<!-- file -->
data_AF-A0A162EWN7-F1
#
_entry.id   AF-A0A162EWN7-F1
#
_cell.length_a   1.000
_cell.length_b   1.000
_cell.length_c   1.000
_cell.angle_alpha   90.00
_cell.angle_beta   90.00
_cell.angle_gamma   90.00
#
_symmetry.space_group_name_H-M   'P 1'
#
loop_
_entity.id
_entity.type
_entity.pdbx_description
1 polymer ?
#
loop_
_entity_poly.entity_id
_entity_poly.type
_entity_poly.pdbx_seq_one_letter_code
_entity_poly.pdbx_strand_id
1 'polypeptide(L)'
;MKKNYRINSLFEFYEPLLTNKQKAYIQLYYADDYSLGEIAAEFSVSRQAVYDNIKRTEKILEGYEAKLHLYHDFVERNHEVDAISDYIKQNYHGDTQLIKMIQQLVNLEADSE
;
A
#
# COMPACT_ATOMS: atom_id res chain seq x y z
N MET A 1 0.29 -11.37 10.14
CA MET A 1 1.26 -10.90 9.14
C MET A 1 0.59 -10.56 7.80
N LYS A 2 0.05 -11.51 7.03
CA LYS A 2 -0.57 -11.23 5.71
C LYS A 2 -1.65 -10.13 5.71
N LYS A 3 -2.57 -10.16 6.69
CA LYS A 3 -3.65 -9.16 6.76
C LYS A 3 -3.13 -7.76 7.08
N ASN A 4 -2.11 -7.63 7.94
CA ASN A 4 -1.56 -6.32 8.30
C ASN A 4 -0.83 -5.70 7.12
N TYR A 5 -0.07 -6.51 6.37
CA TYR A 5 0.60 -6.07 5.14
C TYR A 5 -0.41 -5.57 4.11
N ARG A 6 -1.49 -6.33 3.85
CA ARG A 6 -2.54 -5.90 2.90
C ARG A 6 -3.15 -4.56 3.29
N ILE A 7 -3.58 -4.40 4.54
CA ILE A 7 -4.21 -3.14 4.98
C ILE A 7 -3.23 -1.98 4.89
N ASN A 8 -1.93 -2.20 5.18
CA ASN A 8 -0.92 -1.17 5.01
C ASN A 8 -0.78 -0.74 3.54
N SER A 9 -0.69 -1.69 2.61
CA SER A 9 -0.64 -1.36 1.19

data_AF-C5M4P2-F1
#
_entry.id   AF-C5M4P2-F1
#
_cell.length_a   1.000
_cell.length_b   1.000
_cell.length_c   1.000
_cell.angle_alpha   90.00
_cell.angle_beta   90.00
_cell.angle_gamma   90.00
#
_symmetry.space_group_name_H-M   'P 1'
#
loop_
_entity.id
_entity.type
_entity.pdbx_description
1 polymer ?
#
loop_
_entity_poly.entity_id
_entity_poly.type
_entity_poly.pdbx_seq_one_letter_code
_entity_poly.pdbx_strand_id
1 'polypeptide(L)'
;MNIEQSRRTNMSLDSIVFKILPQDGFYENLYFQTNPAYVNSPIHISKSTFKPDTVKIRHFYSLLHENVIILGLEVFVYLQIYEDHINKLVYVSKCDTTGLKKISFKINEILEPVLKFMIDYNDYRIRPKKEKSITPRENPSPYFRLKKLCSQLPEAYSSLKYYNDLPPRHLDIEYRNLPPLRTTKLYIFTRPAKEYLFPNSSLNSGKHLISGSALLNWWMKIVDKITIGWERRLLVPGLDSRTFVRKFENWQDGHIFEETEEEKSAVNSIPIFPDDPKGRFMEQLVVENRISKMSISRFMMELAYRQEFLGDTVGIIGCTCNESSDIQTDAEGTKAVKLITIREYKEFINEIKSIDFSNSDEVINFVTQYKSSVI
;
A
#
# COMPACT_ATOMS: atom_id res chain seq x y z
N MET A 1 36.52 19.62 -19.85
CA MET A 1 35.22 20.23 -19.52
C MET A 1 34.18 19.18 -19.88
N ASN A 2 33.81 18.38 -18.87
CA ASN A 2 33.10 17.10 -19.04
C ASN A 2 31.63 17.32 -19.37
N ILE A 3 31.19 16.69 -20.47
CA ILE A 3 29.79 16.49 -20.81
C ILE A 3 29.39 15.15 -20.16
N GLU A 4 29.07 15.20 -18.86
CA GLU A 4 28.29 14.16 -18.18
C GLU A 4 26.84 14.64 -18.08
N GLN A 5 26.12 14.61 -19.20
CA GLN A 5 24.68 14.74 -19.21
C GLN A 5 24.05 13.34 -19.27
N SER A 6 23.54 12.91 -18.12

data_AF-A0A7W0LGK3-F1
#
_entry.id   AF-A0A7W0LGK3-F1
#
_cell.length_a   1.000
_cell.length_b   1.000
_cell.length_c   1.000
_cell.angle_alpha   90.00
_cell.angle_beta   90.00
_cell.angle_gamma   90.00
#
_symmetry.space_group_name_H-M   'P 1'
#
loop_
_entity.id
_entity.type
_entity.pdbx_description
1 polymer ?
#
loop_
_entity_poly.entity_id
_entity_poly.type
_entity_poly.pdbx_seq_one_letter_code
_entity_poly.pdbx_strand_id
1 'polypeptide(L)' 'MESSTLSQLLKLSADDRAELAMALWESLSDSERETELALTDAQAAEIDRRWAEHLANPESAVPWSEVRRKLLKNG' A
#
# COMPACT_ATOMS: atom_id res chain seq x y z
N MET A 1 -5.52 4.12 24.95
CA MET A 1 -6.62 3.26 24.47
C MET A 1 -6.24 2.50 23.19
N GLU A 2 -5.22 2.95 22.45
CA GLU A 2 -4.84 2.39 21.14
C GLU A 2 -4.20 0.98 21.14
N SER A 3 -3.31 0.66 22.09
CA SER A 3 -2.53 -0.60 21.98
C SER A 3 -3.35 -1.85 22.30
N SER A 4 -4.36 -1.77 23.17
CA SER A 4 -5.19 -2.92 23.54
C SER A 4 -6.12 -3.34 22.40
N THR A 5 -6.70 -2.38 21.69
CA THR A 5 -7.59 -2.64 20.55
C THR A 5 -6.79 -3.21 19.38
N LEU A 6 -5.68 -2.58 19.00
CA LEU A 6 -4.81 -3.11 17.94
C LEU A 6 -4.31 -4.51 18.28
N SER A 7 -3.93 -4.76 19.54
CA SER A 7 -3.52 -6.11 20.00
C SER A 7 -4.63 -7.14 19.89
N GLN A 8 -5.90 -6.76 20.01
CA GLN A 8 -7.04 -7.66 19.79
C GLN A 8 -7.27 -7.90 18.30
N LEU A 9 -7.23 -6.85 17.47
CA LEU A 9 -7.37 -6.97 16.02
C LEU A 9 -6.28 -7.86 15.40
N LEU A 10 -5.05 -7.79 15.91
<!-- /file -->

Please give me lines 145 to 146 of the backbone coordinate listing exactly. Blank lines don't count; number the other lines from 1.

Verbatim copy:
N LEU A 6 -5.68 -2.58 19.00
CA LEU A 6 -4.81 -3.11 17.94